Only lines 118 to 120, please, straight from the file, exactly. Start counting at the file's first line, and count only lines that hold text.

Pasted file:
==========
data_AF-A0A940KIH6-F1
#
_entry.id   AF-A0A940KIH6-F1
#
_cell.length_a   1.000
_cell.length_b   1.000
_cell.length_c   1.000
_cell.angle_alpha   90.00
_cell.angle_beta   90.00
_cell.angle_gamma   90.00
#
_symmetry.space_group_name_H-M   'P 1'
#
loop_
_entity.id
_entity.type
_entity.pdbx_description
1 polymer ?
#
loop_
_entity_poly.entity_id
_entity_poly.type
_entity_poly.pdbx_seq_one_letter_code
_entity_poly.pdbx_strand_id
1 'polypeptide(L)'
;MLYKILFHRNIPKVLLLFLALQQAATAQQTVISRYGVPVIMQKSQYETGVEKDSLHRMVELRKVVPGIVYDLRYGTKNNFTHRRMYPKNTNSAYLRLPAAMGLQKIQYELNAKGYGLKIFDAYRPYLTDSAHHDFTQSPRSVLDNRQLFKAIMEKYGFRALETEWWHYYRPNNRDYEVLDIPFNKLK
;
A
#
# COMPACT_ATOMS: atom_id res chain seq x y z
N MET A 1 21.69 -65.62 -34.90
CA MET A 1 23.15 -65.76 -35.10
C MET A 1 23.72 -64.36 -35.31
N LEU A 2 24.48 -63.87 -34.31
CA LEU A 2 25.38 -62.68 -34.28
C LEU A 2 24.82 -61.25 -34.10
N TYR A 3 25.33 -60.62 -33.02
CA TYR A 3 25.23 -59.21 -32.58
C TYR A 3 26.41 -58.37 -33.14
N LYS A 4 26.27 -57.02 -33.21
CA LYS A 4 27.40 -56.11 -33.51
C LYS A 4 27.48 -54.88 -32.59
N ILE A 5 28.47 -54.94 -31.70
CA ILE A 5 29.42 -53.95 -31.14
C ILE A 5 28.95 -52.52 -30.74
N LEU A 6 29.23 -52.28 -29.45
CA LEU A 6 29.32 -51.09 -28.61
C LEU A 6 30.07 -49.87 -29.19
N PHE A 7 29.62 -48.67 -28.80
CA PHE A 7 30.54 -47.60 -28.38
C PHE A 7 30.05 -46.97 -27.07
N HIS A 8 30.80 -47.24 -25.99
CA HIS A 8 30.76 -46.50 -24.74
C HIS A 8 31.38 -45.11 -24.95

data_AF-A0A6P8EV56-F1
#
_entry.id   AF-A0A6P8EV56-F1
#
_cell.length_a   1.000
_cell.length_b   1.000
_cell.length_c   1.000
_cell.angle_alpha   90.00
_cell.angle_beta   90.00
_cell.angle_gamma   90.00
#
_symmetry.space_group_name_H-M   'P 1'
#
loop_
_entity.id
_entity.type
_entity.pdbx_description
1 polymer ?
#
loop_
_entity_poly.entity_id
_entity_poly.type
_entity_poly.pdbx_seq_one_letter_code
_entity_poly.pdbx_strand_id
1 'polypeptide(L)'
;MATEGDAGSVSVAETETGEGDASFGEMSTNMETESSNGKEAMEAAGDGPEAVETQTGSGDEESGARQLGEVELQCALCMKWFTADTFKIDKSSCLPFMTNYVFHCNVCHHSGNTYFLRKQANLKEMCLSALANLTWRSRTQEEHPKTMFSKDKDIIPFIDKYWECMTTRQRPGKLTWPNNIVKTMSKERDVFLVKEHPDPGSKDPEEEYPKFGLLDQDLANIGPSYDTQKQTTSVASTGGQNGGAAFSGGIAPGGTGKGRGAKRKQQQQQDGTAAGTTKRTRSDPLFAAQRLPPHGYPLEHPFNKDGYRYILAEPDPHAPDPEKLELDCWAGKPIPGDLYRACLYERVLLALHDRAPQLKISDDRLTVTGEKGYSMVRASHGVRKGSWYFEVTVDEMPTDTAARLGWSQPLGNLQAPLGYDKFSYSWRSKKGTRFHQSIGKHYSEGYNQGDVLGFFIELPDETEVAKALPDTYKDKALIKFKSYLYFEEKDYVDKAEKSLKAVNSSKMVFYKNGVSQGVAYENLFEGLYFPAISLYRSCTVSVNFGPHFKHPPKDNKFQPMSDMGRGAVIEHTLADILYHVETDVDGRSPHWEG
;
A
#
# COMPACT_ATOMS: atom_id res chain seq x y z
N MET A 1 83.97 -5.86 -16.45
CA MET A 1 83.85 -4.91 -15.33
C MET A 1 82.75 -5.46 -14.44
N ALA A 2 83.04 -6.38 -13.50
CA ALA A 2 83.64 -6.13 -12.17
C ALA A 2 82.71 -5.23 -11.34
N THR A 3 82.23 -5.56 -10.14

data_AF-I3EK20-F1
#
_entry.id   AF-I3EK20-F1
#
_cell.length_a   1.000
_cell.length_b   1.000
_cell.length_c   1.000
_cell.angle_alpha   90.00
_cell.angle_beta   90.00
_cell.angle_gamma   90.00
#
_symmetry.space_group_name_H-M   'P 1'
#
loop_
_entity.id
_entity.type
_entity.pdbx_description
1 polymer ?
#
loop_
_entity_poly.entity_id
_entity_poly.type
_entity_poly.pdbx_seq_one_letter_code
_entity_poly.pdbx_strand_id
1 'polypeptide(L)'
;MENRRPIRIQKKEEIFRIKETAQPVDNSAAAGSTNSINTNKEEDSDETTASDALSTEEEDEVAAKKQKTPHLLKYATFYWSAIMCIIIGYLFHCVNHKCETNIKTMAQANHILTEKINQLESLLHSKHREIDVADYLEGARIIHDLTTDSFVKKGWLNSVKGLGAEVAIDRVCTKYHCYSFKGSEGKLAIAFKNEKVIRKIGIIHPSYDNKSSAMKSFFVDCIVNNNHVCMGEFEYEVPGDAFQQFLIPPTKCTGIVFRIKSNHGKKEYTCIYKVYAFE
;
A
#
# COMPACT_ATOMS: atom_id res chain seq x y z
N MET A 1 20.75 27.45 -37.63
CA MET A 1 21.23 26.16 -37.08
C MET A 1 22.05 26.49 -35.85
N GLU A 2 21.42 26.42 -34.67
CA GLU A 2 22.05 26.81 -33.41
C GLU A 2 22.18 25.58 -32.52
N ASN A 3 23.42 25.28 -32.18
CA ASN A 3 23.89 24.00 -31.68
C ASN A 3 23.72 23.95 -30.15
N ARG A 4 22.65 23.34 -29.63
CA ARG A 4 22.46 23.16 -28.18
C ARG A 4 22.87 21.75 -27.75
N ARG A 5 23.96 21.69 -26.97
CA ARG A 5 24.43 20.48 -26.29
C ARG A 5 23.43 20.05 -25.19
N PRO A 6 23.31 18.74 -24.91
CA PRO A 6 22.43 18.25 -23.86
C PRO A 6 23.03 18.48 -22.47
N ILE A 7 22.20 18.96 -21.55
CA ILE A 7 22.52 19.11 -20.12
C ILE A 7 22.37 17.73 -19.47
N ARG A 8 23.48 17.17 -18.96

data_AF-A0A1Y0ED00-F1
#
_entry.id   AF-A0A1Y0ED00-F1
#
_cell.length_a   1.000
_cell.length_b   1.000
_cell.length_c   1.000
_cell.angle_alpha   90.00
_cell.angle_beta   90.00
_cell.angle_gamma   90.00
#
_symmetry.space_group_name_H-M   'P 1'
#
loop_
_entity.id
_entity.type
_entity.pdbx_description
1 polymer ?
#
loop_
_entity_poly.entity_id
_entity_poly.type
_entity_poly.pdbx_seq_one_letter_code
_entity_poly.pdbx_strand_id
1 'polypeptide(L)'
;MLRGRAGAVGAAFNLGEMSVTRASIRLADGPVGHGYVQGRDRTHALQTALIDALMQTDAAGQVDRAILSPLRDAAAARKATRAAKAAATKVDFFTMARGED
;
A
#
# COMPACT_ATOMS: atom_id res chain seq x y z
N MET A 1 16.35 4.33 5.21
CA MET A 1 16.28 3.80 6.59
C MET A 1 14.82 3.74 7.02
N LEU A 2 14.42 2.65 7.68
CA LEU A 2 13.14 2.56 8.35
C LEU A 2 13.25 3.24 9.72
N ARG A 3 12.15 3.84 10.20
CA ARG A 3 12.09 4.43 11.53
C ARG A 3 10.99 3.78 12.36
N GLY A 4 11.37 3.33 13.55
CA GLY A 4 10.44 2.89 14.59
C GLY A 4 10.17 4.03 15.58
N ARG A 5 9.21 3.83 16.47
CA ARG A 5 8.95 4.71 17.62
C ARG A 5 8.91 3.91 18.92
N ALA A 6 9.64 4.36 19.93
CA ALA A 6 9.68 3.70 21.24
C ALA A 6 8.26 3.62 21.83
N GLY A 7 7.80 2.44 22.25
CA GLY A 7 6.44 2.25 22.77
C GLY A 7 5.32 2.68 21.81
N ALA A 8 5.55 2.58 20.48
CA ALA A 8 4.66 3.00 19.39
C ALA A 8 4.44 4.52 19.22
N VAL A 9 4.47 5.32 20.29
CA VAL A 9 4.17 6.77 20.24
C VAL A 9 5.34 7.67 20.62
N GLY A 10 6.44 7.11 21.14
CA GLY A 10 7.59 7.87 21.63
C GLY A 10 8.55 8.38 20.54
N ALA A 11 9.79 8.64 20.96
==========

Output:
;
A
#